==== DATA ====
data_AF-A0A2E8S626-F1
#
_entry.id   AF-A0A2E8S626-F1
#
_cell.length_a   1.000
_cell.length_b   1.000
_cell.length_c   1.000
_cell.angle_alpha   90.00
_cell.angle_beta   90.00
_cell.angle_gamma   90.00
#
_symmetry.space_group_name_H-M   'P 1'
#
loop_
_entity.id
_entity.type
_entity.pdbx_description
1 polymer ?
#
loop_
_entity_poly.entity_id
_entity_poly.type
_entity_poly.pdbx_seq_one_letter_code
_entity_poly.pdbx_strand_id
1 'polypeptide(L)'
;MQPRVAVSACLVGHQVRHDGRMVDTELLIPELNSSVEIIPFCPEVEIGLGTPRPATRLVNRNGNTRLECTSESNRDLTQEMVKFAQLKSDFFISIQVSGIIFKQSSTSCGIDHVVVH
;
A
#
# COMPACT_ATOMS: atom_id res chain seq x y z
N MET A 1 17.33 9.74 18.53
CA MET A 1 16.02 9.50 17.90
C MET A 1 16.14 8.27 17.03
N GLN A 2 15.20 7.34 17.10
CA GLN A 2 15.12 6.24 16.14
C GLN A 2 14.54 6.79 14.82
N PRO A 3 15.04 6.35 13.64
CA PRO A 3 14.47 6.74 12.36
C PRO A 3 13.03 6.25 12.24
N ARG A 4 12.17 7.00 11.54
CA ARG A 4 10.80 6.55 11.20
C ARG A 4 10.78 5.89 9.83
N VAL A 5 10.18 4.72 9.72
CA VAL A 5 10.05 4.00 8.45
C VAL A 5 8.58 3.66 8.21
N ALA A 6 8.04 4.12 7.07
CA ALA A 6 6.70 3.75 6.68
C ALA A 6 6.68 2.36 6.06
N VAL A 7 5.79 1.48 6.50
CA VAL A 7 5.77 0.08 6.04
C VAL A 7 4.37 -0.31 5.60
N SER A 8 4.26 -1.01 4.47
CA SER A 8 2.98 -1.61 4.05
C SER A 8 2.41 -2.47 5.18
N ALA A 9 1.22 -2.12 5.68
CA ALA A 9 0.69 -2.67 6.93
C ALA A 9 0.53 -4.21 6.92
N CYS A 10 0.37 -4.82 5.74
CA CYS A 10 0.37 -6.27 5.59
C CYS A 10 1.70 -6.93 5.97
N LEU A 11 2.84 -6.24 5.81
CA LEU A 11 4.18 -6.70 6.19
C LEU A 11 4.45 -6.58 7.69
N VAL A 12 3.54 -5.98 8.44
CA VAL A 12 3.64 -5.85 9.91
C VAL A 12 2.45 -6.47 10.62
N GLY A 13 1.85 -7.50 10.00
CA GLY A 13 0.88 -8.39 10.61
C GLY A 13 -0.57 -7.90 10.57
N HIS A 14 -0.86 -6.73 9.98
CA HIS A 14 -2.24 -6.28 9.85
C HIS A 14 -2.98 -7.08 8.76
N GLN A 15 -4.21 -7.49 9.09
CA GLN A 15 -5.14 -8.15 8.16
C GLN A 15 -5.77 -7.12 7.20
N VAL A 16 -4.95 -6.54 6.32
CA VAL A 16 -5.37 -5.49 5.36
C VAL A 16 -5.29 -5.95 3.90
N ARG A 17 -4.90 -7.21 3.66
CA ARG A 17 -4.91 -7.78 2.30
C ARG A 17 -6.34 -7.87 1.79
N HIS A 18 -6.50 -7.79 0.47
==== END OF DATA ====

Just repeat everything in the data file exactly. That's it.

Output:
data_AF-A0A2E8S626-F1
#
_entry.id   AF-A0A2E8S626-F1
#
_cell.length_a   1.000
_cell.length_b   1.000
_cell.length_c   1.000
_cell.angle_alpha   90.00
_cell.angle_beta   90.00
_cell.angle_gamma   90.00
#
_symmetry.space_group_name_H-M   'P 1'
#
loop_
_entity.id
_entity.type
_entity.pdbx_description
1 polymer ?
#
loop_
_entity_poly.entity_id
_entity_poly.type
_entity_poly.pdbx_seq_one_letter_code
_entity_poly.pdbx_strand_id
1 'polypeptide(L)'
;MQPRVAVSACLVGHQVRHDGRMVDTELLIPELNSSVEIIPFCPEVEIGLGTPRPATRLVNRNGNTRLECTSESNRDLTQEMVKFAQLKSDFFISIQVSGIIFKQSSTSCGIDHVVVH
;
A
#
# COMPACT_ATOMS: atom_id res chain seq x y z
N MET A 1 17.33 9.74 18.53
CA MET A 1 16.02 9.50 17.90
C MET A 1 16.14 8.27 17.03
N GLN A 2 15.20 7.34 17.10
CA GLN A 2 15.12 6.24 16.14
C GLN A 2 14.54 6.79 14.82
N PRO A 3 15.04 6.35 13.64
CA PRO A 3 14.47 6.74 12.36
C PRO A 3 13.03 6.25 12.24
N ARG A 4 12.17 7.00 11.54
CA ARG A 4 10.80 6.55 11.20
C ARG A 4 10.78 5.89 9.83
N VAL A 5 10.18 4.72 9.72
CA VAL A 5 10.05 4.00 8.45
C VAL A 5 8.58 3.66 8.21
N ALA A 6 8.04 4.12 7.07
CA ALA A 6 6.70 3.75 6.68
C ALA A 6 6.68 2.36 6.06
N VAL A 7 5.79 1.48 6.50
CA VAL A 7 5.77 0.08 6.04
C VAL A 7 4.37 -0.31 5.60
N SER A 8 4.26 -1.01 4.47
CA SER A 8 2.98 -1.61 4.05
C SER A 8 2.41 -2.47 5.18
N ALA A 9 1.22 -2.12 5.68
CA ALA A 9 0.69 -2.67 6.93
C ALA A 9 0.53 -4.21 6.92
N CYS A 10 0.37 -4.82 5.74
CA CYS A 10 0.37 -6.27 5.59
C CYS A 10 1.70 -6.93 5.97
N LEU A 11 2.84 -6.24 5.81
CA LEU A 11 4.18 -6.70 6.19
C LEU A 11 4.45 -6.58 7.69
N VAL A 12 3.54 -5.98 8.44
CA VAL A 12 3.64 -5.85 9.91
C VAL A 12 2.45 -6.47 10.62
N GLY A 13 1.85 -7.50 10.00
CA GLY A 13 0.88 -8.39 10.61
C GLY A 13 -0.57 -7.90 10.57
N HIS A 14 -0.86 -6.73 9.98
CA HIS A 14 -2.24 -6.28 9.85
C HIS A 14 -2.98 -7.08 8.76
N GLN A 15 -4.21 -7.49 9.09
CA GLN A 15 -5.14 -8.15 8.16
C GLN A 15 -5.77 -7.12 7.20
N VAL A 16 -4.95 -6.54 6.32
CA VAL A 16 -5.37 -5.49 5.36
C VAL A 16 -5.29 -5.95 3.90
N ARG A 17 -4.90 -7.21 3.66
CA ARG A 17 -4.91 -7.78 2.30
C ARG A 17 -6.34 -7.87 1.79
N HIS A 18 -6.50 -7.79 0.47